The writer is a human rights lawyer

You can visit for updates on this and other matters.


The revocation of London Metropolitan University’s license to sponsor students from outside the EU has sent shock waves across the education sector as well as thousands of international students studying in other UK universities.

The Home Office said that the attendance at the university in question was not monitored to the standards required by the UK Border Agency (UKBA) and many students were not attending the classes according to the results of the sample taken. The Home Office further noted that many students do not have a right to be in the UK and speak little or poor English.

Interestingly, the university has not challenged the observations of the Home Office. All it has challenged, so far, is the proportionality of the penalty they face – revocation of the sponsor license.

The immigration lawyers and pressure groups have been warning against the implications of the student visa / sponsorship rules since their inception. It is indeed the first university to have been stripped off its ability to sponsor students from outside the EU. However, many colleges have fallen victim of the UKBA sponsorship rules which all of a sudden are viewed as ‘strict’ and condemned as damning for economy in leading newspaper articles. The economic and psychological impact on students from those other colleges was no different from those affected by the latest revocation.

The hue and cry splashed across the national media seems to be flowing from the concern for profit-making rather than the suffering of international students. The government seems to be targetting international students after failing to achieve their promised lowering of net migration figures. From universities’ point of view, its a worrying situation since no one knows who could be the next target despite assurances from the ministers that this is not a general problem of the entire sector but only limited to one university. But indeed the predicament of London Metropolitan University could potentially be the future of any other university. And above all, the recent revocation has sent a message across the world that its not just the colleges – even universities could become victim of the UKBA rules.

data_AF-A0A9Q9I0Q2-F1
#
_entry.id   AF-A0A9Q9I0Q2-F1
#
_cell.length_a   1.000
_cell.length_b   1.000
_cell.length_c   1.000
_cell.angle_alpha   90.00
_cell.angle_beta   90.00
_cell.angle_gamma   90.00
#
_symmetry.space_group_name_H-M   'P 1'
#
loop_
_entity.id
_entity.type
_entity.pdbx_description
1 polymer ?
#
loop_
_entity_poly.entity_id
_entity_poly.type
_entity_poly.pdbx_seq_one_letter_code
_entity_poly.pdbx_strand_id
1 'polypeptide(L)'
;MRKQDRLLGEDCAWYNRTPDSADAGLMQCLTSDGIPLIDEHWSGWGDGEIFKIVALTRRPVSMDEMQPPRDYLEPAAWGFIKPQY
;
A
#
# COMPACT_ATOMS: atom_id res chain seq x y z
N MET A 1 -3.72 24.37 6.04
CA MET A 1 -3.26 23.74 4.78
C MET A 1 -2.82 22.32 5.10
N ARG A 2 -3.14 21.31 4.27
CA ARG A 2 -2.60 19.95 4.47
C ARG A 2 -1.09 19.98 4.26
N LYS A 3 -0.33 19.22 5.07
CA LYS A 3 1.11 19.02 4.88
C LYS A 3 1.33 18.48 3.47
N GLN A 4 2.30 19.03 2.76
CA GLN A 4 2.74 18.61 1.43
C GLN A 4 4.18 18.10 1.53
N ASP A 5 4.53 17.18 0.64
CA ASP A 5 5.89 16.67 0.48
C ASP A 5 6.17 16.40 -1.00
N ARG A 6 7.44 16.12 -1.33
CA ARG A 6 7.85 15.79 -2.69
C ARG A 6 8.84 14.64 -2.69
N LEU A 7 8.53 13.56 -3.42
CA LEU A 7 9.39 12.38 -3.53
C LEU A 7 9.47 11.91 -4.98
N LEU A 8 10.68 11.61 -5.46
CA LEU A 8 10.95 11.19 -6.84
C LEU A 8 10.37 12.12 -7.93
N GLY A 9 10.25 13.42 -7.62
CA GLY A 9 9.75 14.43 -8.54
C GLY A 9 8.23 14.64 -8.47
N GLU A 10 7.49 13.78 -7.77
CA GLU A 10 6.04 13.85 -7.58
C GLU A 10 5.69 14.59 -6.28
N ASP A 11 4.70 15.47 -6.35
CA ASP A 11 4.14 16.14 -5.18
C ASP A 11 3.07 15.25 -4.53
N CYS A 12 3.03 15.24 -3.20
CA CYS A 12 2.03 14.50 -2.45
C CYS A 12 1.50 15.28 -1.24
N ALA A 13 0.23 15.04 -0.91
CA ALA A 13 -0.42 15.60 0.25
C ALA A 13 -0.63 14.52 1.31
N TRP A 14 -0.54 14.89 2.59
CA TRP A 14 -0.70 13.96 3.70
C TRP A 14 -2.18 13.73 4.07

The rules themselves are also unfair and discouraging. The affected third year students in their final semesters, for example, have nowhere to go to complete their degree courses. They have only two options remaining: either find a new university and redo the whole third year again (which is an economic uphill struggle besides a psychological disaster) or voluntarily return to their home countries without obtaining their degrees! The failure of a university to abide by the UKBA rules should be dealt with between the university and the UKBA but the present rules penalise the students much more the universities since they lose their dreams.

The latest application of the rules has already damaged the UK brand of higher education. The government should repeal the current set of sponsorship rules and replace them with those which focus on penalising the failed universities rather than students who are neither fully aware of the laws nor the operations of the university. Punishing genuine, law abiding students for the shortfall of university and immigration offences of a small proportion of students is not just against the principles of natural justice but also ethically abhorrent.

The writer is a human rights lawyer

You can visit for updates on this and other matters.

The revocation …